Youth exhorted to take vocational training seriously


John Muyamba

Nkurenkuru-The Prime Minister Saara Kuugongelwa-Amadhila has called on young people to take technical and vocational education and training (TVET) seriously, adding that such training should not just be reserved as an option for those that do not qualify for university admission.

Kuugongelwa-Amadhila emphasised that TVET should take a leading role in Namibia’s post-matric education.

She made the remarks last week when she appeared as guest speaker at the African Public Service Day (APSD) celebrations hosted by Nkurenkuru in Kavango West Region. The occasion, celebrated for two days, ended last Thursday and was attended by ministers, deputy ministers and senior government officials.

“The government recognises technical and vocational education and training as a crucial driver of the national development agenda.  It, therefore, features prominently in the NDP5, which targets enrolment in TVETs from around 15,000 in 2015 to 50,000 in 2022.

NDP5 further envisages a reform of TVETs in Namibia to attract a wide range of learners and to prepare them effectively for jobs that are in high demand in the labour market,” said Kuugongelwa-Amadhila.

“It is important that our young people have the required vocational skills,” she further stated.

She said TVET is a critical provider of skills, knowledge and technology needed to drive productivity in a knowledge-based economy as it is aimed at equipping young people with work-ready skills which are useful in addressing the challenges of youth employability and unemployment.

“Young people need skills that meet the demands of our private sector, both to find jobs and to create their own businesses. Let’s create opportunities for young graduates by giving them internship programmes, both in government and private companies so that they can gain practical skills and experience, and the ability to start their own businesses,” she noted.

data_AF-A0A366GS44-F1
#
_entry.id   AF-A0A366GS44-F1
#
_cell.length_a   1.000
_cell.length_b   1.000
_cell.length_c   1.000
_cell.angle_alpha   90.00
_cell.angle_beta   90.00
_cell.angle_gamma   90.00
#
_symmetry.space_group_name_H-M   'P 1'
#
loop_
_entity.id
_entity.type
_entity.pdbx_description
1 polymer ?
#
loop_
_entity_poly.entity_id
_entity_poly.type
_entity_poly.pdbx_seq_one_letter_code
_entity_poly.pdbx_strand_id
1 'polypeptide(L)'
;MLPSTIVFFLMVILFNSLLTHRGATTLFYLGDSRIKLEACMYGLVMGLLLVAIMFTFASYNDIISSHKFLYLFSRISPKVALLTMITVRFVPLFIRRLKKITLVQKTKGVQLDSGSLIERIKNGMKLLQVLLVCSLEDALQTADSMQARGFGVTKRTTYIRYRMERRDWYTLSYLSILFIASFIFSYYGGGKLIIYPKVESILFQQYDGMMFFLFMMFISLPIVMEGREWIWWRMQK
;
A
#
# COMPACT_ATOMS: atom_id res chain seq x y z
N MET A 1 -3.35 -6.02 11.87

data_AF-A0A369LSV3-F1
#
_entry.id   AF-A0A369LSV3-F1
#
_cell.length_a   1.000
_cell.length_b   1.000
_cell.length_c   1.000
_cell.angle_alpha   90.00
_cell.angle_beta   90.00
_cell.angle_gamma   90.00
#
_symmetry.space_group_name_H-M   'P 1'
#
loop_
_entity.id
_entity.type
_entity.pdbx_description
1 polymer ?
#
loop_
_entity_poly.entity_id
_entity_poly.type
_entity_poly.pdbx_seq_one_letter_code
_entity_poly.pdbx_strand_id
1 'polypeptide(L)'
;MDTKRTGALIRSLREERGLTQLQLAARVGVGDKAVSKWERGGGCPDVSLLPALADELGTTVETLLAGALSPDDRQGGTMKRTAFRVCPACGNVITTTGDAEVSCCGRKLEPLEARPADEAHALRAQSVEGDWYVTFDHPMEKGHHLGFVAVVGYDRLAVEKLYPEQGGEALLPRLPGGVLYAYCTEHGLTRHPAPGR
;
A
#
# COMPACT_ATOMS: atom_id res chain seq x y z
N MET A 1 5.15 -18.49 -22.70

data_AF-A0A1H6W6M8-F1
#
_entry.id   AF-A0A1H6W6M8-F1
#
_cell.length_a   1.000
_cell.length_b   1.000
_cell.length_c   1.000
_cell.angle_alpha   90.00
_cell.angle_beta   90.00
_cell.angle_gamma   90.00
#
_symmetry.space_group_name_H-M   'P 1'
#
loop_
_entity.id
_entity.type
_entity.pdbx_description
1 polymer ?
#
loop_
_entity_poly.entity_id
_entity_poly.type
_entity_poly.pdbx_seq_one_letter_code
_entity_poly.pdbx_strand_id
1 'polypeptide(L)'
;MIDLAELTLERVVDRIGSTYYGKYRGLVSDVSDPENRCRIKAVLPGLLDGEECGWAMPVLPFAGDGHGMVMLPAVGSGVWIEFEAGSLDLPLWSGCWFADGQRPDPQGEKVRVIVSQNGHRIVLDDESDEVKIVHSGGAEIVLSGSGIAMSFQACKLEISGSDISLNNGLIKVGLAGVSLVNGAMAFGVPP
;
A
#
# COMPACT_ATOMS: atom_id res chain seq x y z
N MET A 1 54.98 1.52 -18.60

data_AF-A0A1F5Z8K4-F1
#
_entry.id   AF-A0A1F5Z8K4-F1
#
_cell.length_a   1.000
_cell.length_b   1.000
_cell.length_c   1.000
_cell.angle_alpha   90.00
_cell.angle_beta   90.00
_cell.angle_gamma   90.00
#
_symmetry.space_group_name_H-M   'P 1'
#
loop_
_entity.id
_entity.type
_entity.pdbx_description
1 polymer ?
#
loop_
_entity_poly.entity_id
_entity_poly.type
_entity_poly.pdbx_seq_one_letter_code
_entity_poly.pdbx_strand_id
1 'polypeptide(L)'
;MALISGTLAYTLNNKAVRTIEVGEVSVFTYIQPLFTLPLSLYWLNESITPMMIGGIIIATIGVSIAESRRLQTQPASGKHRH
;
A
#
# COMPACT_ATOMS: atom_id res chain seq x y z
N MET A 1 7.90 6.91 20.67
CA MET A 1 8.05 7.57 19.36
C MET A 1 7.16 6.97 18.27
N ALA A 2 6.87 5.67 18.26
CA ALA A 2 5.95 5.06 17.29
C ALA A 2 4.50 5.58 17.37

“Finally, I call upon young men and women to become more engaged in transforming the lives of their communities.”

APSD is celebrated annually as a strategic event on the African Union (AU) calendar following the declaration of the first Pan-African Conference of Ministers of Public/Civil Service held in Tangier, Morocco in 1994, where ministers agreed the 23rd of June every year should be celebrated as Africa Public Service Day (APSD).

This year’s APSD was celebrated under the theme ‘Entrenching a Citizen-Centered Service Delivery Culture: Partnering with the Youth for Africa’s Transformation.’

The event was held for public servants to reflect on the functions of the public service: its mission, objectives, programmes and projects, challenges and successes. It is to give recognition to and make known the importance of the civil service, its positive contribution and benefits to public servants, the general population, civil society and private sector, as well as the government.

This event is also meant to motivate and encourage public servants to continue the good work done and also come up with new initiatives and innovations and prepare the public service for a better future by proposing change for the social well-being of the population.

The Office of the Prime Minister coordinated the event that was attended by government ministries, agencies, regional councils, local authorities, public enterprises and members of the public and the youth.


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